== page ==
It never takes very long around these parts.
Three tough losses in a row and already the columnists are trotting out the Billy Wagner stories…again. You know, the ones that talk about his “going off” on his teammates a year ago for not knowing how to play let alone win. Jim Salisbury refers to that tirade as “much warranted” in a piece he wrote this morning about the Red Sox visit to town. It’s a tired story at this point, Jim, and off the mark.
The sweep in Milwaukee wasn’t pretty, to be sure, especially when one considers the Phils had good leads relatively late in two of the three games. Lousy relief pitching was a big part of the problem. A lack of clutch hitting was an even bigger part. But poor management was the biggest part.
Not only am I not ready to anoint Charlie Manuel manager of the year, I remain convinced he isn’t going to last out the entire campaign as the Phillies’ skipper. Charlie is overmatched as head man. He may know hitting, but even that doesn’t translate into clutch hitting. The problem with Charlie remains that he doesn’t know strategy and, worse, he doesn’t know how to handle a pitching staff or manage his bench.
Some have argued he was right to leave Gavin Floyd in the other night to see how the kid could handle adversity. That sort of on-the-job training is a luxury few if any teams can afford, especially on the road. In this case, the decision flew in the face of all evidence up to that point. After giving up a first inning home run Floyd may have retired 12 batters in a row on this particular night, but his short resume suggests that when he falters, he falters in a big way. Manuel decided that was the time for a little education. His pupil got the failing grade, but the teacher was the real culprit.
Later, he brought in Arthur Rhodes. From here I will let Brian Peoples of the always insightful and informative Philling Station pick up the analysis:
Of course, one might argue that the Phillies might have been better off bringing in Tom Gordon with the meat of the Brew Crew lineup coming up in the bottom of the ninth. Rhodes committed the cardinal mistake of walking Jeff Cirillo to lead off the inning. Then with one out and Cirillo on second, Charlie Manuel intentionally walked righty Bill Hall to pitch to lefty Geoff Jenkins. Charlie's manual (apparently) instructs him that it is always better to have lefty on lefty, but this ignores the fact that Rhodes is tougher on righthanded hitters (1.80 WHIP .222 BAA vs. right/ 2.18/ .375 vs. left, and it was even more pronounced last season). Jenkins stroked a double over the head of Shane Victorino to plate Cirillo and propel Milwaukee to their third consecutive walk-off victory.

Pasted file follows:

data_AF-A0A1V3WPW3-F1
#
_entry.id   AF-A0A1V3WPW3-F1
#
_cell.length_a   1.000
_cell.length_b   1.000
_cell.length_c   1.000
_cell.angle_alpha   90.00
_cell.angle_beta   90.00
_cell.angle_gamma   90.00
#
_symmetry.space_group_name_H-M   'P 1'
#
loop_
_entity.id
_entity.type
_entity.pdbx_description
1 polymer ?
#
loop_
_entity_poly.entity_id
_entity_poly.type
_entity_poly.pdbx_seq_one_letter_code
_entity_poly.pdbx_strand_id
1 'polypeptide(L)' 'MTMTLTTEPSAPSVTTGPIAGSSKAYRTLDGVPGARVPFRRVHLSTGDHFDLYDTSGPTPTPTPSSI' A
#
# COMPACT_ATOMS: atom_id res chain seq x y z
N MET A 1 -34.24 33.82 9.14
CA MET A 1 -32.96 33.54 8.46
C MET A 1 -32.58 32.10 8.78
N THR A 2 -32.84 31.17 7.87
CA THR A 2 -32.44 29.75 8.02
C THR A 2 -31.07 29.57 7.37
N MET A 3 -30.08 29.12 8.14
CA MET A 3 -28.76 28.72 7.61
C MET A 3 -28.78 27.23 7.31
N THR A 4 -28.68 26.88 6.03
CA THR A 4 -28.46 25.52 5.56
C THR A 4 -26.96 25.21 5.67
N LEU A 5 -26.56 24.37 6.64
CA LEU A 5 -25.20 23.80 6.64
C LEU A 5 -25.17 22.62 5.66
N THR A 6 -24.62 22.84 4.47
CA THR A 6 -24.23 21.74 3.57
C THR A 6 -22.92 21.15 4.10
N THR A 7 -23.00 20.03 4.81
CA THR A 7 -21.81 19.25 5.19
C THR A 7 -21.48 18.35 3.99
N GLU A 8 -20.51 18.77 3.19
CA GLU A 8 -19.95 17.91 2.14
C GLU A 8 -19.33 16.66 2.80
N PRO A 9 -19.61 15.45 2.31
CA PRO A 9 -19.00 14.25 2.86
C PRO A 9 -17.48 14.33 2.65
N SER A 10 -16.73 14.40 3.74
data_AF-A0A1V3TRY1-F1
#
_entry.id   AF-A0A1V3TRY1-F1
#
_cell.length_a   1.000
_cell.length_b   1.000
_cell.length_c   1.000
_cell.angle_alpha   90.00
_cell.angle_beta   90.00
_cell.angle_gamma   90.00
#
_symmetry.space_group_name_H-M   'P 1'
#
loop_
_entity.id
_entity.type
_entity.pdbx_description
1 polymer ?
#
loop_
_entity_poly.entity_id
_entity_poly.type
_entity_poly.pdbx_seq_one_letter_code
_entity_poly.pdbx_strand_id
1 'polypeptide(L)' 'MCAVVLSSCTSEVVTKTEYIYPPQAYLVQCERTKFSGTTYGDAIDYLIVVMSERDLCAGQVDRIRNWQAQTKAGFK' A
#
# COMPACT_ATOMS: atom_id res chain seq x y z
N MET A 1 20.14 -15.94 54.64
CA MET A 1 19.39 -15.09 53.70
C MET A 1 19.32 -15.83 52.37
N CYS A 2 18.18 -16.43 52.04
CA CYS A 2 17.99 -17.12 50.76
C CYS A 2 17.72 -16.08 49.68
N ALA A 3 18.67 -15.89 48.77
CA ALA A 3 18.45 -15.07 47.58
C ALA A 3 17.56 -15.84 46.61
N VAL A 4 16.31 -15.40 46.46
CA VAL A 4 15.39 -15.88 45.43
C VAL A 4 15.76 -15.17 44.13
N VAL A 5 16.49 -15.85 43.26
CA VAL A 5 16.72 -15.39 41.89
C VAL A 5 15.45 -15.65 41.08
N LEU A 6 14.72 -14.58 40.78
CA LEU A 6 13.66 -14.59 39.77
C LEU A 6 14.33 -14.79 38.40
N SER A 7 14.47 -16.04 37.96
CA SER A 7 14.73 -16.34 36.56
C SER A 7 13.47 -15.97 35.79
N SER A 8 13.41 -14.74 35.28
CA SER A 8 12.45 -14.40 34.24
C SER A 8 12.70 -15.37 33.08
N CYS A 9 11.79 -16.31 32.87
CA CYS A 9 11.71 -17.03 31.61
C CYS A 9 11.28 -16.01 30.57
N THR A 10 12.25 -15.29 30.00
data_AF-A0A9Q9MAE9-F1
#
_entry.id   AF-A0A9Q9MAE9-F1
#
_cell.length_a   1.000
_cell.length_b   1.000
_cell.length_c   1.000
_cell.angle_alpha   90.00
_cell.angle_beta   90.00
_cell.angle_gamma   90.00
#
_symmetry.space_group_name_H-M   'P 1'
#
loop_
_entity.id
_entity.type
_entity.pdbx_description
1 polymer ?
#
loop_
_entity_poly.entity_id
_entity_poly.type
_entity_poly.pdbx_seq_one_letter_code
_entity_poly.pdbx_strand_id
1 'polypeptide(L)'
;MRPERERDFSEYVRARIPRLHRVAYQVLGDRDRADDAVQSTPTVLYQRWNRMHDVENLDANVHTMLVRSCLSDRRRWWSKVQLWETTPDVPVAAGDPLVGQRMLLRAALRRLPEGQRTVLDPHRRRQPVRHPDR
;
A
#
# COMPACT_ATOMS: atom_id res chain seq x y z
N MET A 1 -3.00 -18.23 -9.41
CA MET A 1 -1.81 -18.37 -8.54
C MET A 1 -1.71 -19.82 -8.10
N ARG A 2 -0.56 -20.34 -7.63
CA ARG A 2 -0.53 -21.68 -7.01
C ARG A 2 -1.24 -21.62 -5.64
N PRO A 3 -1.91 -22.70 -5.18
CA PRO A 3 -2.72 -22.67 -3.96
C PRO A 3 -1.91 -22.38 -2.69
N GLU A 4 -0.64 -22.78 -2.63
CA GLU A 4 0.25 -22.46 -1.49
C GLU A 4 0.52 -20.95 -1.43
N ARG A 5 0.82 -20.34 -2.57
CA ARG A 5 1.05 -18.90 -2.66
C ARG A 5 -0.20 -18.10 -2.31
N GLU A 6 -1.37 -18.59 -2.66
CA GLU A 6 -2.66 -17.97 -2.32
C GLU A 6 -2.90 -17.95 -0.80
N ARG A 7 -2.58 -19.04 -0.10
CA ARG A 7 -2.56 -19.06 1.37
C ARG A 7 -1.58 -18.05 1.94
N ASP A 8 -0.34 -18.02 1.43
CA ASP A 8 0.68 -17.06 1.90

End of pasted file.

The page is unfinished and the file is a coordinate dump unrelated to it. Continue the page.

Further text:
Meanwhile, the bullpen situation we all thought was beginning to straighten itself out has reverted to early season form, that is to say, unreliable. Reports are that Manuel no longer trusts Aaron Fultz on merit. Add Ryan Madson to that list following the second time in a week he has relieved Cole Hamels and blown the lead, save and possible win. Madson is beginning to look like Floyd on the bench: shell-shocked. His fastball is also starting to look just like Floyd’s: straight down the middle with no movement on it.
At the start of this season the Phillies were convinced they had improved their bench measurably over last year’s collection of so-called “professional hitters” such as Jose Offermann. Abraham Nunez and Alex Gonzalez were signed. David Dellucci was acquired in a trade. Shane Victorino joined the 25-man roster for good.
At this stage of the season it is nearly impossible to figure out whether or not Nunez is any good. He appears seldom, almost always as a left-handed pinch-hitter. He hasn’t been effective in that role but I would guess it is an unfamiliar and uncomfortable role for him. Most of us thought he was signed to sub for David Bell against right-handers. Even when Bell started off slowly, however, Nunez sat. Gonzalez has been a complete bust with three hits in 34 at-bats. The other night Charlie brought in Gonzalez to pinch hit in the ninth with Pat Burrell also available on the bench. Burrell, who had been struggling mightily (though not 3 for 34), was sitting this one out so that, as his manager put it, he could “think”. That doesn’t mean Charlie also gets the night off to not think. The results were predictable as Gonzalez grounded out and the rally was over.
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I didn’t set out this morning to pick on Inquirer columnists, but Frank Fitzpatrick deserves special mention for his contemptible attempt at humor regarding the Duke lacrosse team and the allegations of rape involving three of its players. For whatever reason, Fitzpatrick thinks the situation in Durham provides just the right occasion to try a little of his special brand of humor. Not only is the situation in Durham anything but funny, Frank, in general any attempt at humor in a ongoing criminal case shows unusually poor taste and judgment.
I must assume Fitzpatrick is at a point in his career where his columns no longer require an editor. More's the pity.